Dr. Christopher Knoedler and Dr. Robert Gaertner visit Intuitive Surgical® in Sunnyvale California to give their input on a new robot in development.

As recognized and respected leaders in the field of da Vinci® Robotic Surgery for prostate cancer, Dr. Christopher Knoedler and Dr. Robert Gaertner stay on top of the latest developments in their field. Recently they flew out to the headquarters of Intuitive Surgical in Sunnyvale, California to be introduced to a new robotic surgery prototype.

The doctors were asked to visit the headquarters of Intuitive Surgical to see the newest robot that is currently in development. They engaged with the engineers on a back and forth with their own ideas and suggestions on the new (were asked to help engineers trouble-shoot and refine this new) high tech piece of surgical equipment.

Currently when performing robotic prostate surgery, Drs. Knoedler and Gaertner create six small incisions. The new robot would reduce the number of sites that the instruments need to pass through from six to either two or three. When surgeries become less invasive it benefits patients with quicker recovery times.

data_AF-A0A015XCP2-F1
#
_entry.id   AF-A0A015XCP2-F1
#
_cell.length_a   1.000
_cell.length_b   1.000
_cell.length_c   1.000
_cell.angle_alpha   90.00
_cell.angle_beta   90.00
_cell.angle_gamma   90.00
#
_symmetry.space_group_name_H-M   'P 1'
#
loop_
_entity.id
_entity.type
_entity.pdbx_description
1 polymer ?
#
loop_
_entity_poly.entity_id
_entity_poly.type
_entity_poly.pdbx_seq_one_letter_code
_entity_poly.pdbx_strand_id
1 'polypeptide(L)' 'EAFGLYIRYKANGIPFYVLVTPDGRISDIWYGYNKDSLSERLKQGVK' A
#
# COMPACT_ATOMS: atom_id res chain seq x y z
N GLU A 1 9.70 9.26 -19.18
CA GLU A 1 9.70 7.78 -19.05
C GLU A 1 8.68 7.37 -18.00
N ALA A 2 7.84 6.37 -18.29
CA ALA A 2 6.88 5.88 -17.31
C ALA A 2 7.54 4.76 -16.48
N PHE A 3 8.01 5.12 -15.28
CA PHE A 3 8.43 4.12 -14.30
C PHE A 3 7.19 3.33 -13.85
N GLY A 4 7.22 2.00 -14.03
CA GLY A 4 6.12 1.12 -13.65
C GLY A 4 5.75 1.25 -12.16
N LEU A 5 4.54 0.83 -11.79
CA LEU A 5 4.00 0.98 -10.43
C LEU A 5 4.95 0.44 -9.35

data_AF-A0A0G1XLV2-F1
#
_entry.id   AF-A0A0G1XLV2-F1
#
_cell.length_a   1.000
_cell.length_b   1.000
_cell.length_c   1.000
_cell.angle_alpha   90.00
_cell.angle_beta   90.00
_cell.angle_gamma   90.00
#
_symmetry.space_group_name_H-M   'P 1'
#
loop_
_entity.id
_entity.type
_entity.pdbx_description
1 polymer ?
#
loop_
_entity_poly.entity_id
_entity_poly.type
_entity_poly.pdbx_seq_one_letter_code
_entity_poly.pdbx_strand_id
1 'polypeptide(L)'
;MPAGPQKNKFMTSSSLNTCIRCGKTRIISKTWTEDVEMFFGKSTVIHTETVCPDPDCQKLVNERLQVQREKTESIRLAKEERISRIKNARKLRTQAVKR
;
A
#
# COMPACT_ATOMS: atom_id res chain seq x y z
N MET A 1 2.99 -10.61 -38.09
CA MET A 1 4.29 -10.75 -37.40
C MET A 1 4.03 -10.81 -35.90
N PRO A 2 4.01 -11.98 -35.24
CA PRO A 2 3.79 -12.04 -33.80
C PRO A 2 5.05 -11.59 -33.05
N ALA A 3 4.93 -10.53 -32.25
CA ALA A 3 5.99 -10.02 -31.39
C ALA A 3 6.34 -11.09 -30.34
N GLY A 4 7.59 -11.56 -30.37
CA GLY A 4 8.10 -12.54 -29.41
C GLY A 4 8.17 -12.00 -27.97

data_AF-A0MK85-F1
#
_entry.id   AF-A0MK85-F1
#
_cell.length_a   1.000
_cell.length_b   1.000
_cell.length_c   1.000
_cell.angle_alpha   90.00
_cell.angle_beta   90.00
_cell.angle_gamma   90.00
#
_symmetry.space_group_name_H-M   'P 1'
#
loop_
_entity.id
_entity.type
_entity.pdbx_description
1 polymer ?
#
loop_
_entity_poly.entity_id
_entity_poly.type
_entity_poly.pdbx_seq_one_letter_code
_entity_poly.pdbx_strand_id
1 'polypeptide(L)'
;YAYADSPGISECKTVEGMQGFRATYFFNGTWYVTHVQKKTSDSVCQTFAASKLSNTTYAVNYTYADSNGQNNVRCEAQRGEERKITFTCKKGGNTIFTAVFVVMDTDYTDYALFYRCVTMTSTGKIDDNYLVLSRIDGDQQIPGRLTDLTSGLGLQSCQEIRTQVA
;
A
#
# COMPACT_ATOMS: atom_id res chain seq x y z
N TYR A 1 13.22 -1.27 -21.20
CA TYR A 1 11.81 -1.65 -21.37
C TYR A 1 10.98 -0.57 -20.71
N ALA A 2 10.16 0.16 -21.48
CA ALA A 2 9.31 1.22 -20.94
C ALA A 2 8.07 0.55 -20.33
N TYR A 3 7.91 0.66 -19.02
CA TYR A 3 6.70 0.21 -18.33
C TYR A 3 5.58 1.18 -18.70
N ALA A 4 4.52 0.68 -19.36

The new version of the robot also allows the surgeons easy visual access to all four quadrants of the abdomen and allows them to operate in all four areas as well.

Dr. Knoedler and Dr. Gaertner are pioneers in the utilization of da Vinci Robotic Surgery and have trained hundreds of physicians in the use of this revolutionary technology. They were among the first doctors in the region to routinely use this robotic surgery system and have led the way in using it to improve the extremely challenging surgical procedure to remove the prostate gland (Prostatectomy). To date this team has performed more than 3,000 robotic surgeries.

In 1999 Intuitive Surgical introduced the da Vinci® Surgical System and today they are the global leaders in robotic-assisted minimally invasive surgery. This technology features a 3D high definition vision system for a clean and magnified view inside the patient’s body. The instruments used bend and rotate far greater than the human wrist. The surgeon controls the system which translates hand movements into smaller, more precise movements of tiny instruments inside the patient’s body. This technology allows surgeons to perform complex procedures through a few small openings.

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